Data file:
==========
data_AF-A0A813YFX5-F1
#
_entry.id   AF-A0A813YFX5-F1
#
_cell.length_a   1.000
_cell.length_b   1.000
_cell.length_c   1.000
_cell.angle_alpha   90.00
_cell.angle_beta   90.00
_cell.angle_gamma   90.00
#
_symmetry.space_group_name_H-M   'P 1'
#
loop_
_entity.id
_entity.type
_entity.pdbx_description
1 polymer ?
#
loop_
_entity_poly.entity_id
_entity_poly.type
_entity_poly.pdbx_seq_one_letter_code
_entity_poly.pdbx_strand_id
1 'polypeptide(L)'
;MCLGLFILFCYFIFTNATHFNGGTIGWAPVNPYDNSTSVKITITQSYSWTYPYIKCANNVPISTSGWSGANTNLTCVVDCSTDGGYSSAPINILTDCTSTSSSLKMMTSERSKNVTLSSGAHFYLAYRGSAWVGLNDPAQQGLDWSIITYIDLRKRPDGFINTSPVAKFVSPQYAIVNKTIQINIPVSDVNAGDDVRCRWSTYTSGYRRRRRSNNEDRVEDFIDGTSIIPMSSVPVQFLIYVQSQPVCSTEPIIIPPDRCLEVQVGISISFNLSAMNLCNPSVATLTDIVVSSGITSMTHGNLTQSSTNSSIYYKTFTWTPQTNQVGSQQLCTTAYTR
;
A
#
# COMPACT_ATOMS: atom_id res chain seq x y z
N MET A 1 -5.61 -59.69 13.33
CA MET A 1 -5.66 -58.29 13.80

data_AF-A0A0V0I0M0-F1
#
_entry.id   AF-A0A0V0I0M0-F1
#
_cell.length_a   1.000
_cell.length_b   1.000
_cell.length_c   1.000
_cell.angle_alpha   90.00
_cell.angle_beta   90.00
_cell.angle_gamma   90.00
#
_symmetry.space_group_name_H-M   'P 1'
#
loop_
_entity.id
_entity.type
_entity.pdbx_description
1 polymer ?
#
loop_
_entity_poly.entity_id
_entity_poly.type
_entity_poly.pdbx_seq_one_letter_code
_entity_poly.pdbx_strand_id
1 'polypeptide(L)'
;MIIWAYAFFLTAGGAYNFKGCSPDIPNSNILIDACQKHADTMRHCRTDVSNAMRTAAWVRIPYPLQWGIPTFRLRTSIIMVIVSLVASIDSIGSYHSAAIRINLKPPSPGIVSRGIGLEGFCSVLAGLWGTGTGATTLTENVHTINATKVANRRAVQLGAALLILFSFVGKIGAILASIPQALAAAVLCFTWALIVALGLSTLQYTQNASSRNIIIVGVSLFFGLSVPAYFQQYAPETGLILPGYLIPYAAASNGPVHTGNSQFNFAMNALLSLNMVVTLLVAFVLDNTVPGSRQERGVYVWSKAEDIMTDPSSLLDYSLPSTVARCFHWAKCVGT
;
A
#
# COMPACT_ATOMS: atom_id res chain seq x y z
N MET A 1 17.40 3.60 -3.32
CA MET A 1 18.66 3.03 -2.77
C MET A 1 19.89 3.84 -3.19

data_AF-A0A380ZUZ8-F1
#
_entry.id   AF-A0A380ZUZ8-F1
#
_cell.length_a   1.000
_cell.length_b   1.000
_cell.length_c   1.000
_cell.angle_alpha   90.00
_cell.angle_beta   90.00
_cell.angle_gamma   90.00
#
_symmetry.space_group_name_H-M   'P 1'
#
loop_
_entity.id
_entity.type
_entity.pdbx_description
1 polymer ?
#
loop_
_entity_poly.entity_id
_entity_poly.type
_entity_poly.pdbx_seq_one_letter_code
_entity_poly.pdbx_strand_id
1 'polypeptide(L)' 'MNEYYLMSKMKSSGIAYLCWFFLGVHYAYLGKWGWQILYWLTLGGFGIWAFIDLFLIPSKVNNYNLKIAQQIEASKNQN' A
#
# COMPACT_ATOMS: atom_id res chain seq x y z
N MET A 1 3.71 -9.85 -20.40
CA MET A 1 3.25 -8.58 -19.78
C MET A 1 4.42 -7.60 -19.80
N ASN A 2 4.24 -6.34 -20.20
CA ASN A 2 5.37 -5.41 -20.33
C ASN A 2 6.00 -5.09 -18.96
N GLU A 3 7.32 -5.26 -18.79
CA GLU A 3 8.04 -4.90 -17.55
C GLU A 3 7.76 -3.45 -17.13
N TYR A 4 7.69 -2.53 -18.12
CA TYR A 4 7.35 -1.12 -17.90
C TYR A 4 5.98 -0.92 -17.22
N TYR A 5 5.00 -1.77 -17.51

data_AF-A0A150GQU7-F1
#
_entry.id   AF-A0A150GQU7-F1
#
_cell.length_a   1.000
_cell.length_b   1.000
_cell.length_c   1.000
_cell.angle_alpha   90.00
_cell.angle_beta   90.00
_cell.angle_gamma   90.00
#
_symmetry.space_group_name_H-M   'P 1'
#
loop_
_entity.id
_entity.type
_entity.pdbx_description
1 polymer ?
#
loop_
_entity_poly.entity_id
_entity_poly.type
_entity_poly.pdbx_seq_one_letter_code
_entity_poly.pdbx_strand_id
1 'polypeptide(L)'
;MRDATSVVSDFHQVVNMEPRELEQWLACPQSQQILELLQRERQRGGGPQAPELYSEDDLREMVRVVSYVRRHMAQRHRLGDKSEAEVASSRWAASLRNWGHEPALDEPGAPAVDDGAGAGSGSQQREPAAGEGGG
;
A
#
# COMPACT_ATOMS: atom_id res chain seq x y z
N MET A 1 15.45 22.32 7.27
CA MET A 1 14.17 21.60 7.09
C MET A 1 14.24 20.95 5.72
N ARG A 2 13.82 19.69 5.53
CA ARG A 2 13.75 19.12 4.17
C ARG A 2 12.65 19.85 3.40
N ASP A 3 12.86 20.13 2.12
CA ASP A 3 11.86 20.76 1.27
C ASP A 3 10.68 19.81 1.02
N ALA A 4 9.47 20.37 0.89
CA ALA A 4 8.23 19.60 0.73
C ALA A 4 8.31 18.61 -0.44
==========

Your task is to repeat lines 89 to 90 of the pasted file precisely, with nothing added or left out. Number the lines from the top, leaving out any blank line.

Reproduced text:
_entity_poly.pdbx_strand_id
1 'polypeptide(L)' 'MNEYYLMSKMKSSGIAYLCWFFLGVHYAYLGKWGWQILYWLTLGGFGIWAFIDLFLIPSKVNNYNLKIAQQIEASKNQN' A